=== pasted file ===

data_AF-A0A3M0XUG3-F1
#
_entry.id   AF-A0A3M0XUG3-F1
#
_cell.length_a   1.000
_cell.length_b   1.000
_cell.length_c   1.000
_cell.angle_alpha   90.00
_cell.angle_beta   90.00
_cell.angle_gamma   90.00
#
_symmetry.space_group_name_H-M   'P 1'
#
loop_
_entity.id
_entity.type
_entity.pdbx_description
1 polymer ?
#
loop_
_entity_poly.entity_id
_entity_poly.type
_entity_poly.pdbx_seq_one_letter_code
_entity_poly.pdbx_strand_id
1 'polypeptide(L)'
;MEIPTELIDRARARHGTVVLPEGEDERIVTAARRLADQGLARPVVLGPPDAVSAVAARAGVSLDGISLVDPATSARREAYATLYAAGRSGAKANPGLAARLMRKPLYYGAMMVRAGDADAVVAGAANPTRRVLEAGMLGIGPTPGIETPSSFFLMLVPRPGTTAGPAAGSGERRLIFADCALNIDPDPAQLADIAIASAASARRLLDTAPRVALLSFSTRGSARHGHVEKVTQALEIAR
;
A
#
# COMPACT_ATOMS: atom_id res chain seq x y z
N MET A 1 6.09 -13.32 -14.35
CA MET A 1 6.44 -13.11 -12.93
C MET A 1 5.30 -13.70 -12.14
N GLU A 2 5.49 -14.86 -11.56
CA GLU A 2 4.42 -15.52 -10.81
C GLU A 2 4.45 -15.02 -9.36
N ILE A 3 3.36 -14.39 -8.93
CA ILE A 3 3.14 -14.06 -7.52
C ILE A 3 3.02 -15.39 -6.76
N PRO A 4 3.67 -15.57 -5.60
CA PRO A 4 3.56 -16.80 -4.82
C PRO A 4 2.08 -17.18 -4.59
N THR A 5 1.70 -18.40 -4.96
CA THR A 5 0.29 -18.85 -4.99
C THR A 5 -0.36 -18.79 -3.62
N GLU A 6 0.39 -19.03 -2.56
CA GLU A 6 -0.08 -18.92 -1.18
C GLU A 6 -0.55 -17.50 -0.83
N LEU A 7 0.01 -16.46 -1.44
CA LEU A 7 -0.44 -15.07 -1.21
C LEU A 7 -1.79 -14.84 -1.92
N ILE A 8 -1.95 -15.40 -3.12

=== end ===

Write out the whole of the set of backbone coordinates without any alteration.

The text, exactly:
data_AF-A0A3M0XUG3-F1
#
_entry.id   AF-A0A3M0XUG3-F1
#
_cell.length_a   1.000
_cell.length_b   1.000
_cell.length_c   1.000
_cell.angle_alpha   90.00
_cell.angle_beta   90.00
_cell.angle_gamma   90.00
#
_symmetry.space_group_name_H-M   'P 1'
#
loop_
_entity.id
_entity.type
_entity.pdbx_description
1 polymer ?
#
loop_
_entity_poly.entity_id
_entity_poly.type
_entity_poly.pdbx_seq_one_letter_code
_entity_poly.pdbx_strand_id
1 'polypeptide(L)'
;MEIPTELIDRARARHGTVVLPEGEDERIVTAARRLADQGLARPVVLGPPDAVSAVAARAGVSLDGISLVDPATSARREAYATLYAAGRSGAKANPGLAARLMRKPLYYGAMMVRAGDADAVVAGAANPTRRVLEAGMLGIGPTPGIETPSSFFLMLVPRPGTTAGPAAGSGERRLIFADCALNIDPDPAQLADIAIASAASARRLLDTAPRVALLSFSTRGSARHGHVEKVTQALEIAR
;
A
#
# COMPACT_ATOMS: atom_id res chain seq x y z
N MET A 1 6.09 -13.32 -14.35
CA MET A 1 6.44 -13.11 -12.93
C MET A 1 5.30 -13.70 -12.14
N GLU A 2 5.49 -14.86 -11.56
CA GLU A 2 4.42 -15.52 -10.81
C GLU A 2 4.45 -15.02 -9.36
N ILE A 3 3.36 -14.39 -8.93
CA ILE A 3 3.14 -14.06 -7.52
C ILE A 3 3.02 -15.39 -6.76
N PRO A 4 3.67 -15.57 -5.60
CA PRO A 4 3.56 -16.80 -4.82
C PRO A 4 2.08 -17.18 -4.59
N THR A 5 1.70 -18.40 -4.96
CA THR A 5 0.29 -18.85 -4.99
C THR A 5 -0.36 -18.79 -3.62
N GLU A 6 0.39 -19.03 -2.56
CA GLU A 6 -0.08 -18.92 -1.18
C GLU A 6 -0.55 -17.50 -0.83
N LEU A 7 0.01 -16.46 -1.44
CA LEU A 7 -0.44 -15.07 -1.21
C LEU A 7 -1.79 -14.84 -1.92
N ILE A 8 -1.95 -15.40 -3.12